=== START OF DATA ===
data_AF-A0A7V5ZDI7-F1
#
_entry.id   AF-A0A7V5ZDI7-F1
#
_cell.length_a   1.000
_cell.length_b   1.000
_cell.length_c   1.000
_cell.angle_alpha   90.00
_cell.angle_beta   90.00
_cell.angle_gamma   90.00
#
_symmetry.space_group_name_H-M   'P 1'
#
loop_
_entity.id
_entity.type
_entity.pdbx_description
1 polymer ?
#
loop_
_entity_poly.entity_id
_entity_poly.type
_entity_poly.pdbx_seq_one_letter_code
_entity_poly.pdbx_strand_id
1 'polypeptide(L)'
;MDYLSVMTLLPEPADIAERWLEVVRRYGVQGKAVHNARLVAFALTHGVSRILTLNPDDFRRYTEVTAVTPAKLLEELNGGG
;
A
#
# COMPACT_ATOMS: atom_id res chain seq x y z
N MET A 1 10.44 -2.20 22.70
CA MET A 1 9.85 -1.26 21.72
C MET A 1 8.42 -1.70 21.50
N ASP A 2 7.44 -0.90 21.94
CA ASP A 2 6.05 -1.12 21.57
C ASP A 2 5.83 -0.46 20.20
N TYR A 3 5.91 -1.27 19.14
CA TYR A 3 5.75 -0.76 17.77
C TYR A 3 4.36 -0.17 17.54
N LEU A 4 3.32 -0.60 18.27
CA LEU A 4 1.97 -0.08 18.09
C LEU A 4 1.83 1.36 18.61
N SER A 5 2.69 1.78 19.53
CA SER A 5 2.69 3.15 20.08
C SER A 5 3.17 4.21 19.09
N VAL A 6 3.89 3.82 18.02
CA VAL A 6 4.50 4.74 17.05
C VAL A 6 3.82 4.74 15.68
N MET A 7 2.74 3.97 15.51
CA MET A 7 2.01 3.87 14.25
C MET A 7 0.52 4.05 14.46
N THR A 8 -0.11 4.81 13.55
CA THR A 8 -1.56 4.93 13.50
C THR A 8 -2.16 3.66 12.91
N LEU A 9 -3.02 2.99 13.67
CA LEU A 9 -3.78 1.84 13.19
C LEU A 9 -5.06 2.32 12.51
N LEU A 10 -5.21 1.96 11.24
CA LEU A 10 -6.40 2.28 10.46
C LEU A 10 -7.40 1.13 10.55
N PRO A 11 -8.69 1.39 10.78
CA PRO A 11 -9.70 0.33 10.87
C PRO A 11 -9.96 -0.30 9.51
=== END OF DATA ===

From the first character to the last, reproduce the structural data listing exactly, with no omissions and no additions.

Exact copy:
data_AF-A0A7V5ZDI7-F1
#
_entry.id   AF-A0A7V5ZDI7-F1
#
_cell.length_a   1.000
_cell.length_b   1.000
_cell.length_c   1.000
_cell.angle_alpha   90.00
_cell.angle_beta   90.00
_cell.angle_gamma   90.00
#
_symmetry.space_group_name_H-M   'P 1'
#
loop_
_entity.id
_entity.type
_entity.pdbx_description
1 polymer ?
#
loop_
_entity_poly.entity_id
_entity_poly.type
_entity_poly.pdbx_seq_one_letter_code
_entity_poly.pdbx_strand_id
1 'polypeptide(L)'
;MDYLSVMTLLPEPADIAERWLEVVRRYGVQGKAVHNARLVAFALTHGVSRILTLNPDDFRRYTEVTAVTPAKLLEELNGGG
;
A
#
# COMPACT_ATOMS: atom_id res chain seq x y z
N MET A 1 10.44 -2.20 22.70
CA MET A 1 9.85 -1.26 21.72
C MET A 1 8.42 -1.70 21.50
N ASP A 2 7.44 -0.90 21.94
CA ASP A 2 6.05 -1.12 21.57
C ASP A 2 5.83 -0.46 20.20
N TYR A 3 5.91 -1.27 19.14
CA TYR A 3 5.75 -0.76 17.77
C TYR A 3 4.36 -0.17 17.54
N LEU A 4 3.32 -0.60 18.27
CA LEU A 4 1.97 -0.08 18.09
C LEU A 4 1.83 1.36 18.61
N SER A 5 2.69 1.78 19.53
CA SER A 5 2.69 3.15 20.08
C SER A 5 3.17 4.21 19.09
N VAL A 6 3.89 3.82 18.02
CA VAL A 6 4.50 4.74 17.05
C VAL A 6 3.82 4.74 15.68
N MET A 7 2.74 3.97 15.51
CA MET A 7 2.01 3.87 14.25
C MET A 7 0.52 4.05 14.46
N THR A 8 -0.11 4.81 13.55
CA THR A 8 -1.56 4.93 13.50
C THR A 8 -2.16 3.66 12.91
N LEU A 9 -3.02 2.99 13.67
CA LEU A 9 -3.78 1.84 13.19
C LEU A 9 -5.06 2.32 12.51
N LEU A 10 -5.21 1.96 11.24
CA LEU A 10 -6.40 2.28 10.46
C LEU A 10 -7.40 1.13 10.55
N PRO A 11 -8.69 1.39 10.78
CA PRO A 11 -9.70 0.33 10.87
C PRO A 11 -9.96 -0.30 9.51